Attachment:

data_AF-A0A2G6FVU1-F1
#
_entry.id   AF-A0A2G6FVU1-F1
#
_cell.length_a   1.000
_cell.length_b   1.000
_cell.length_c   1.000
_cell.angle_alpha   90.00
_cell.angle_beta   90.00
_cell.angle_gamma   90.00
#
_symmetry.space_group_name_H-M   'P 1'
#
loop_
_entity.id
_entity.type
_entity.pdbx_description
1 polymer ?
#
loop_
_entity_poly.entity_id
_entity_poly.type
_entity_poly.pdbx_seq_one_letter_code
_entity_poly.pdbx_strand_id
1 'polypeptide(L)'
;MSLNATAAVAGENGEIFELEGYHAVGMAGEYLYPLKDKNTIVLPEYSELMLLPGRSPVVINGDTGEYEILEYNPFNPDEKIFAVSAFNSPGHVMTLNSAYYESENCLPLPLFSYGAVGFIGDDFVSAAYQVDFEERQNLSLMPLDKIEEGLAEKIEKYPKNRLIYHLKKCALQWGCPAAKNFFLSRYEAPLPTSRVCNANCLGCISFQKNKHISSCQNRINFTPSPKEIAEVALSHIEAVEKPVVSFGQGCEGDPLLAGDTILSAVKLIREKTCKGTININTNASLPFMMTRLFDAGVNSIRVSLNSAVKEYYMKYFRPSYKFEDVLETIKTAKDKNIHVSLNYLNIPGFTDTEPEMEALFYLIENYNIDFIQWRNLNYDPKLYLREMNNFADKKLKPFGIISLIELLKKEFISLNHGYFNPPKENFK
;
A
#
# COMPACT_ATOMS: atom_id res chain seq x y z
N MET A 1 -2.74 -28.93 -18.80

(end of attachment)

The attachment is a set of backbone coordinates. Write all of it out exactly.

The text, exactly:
data_AF-A0A2G6FVU1-F1
#
_entry.id   AF-A0A2G6FVU1-F1
#
_cell.length_a   1.000
_cell.length_b   1.000
_cell.length_c   1.000
_cell.angle_alpha   90.00
_cell.angle_beta   90.00
_cell.angle_gamma   90.00
#
_symmetry.space_group_name_H-M   'P 1'
#
loop_
_entity.id
_entity.type
_entity.pdbx_description
1 polymer ?
#
loop_
_entity_poly.entity_id
_entity_poly.type
_entity_poly.pdbx_seq_one_letter_code
_entity_poly.pdbx_strand_id
1 'polypeptide(L)'
;MSLNATAAVAGENGEIFELEGYHAVGMAGEYLYPLKDKNTIVLPEYSELMLLPGRSPVVINGDTGEYEILEYNPFNPDEKIFAVSAFNSPGHVMTLNSAYYESENCLPLPLFSYGAVGFIGDDFVSAAYQVDFEERQNLSLMPLDKIEEGLAEKIEKYPKNRLIYHLKKCALQWGCPAAKNFFLSRYEAPLPTSRVCNANCLGCISFQKNKHISSCQNRINFTPSPKEIAEVALSHIEAVEKPVVSFGQGCEGDPLLAGDTILSAVKLIREKTCKGTININTNASLPFMMTRLFDAGVNSIRVSLNSAVKEYYMKYFRPSYKFEDVLETIKTAKDKNIHVSLNYLNIPGFTDTEPEMEALFYLIENYNIDFIQWRNLNYDPKLYLREMNNFADKKLKPFGIISLIELLKKEFISLNHGYFNPPKENFK
;
A
#
# COMPACT_ATOMS: atom_id res chain seq x y z
N MET A 1 -2.74 -28.93 -18.80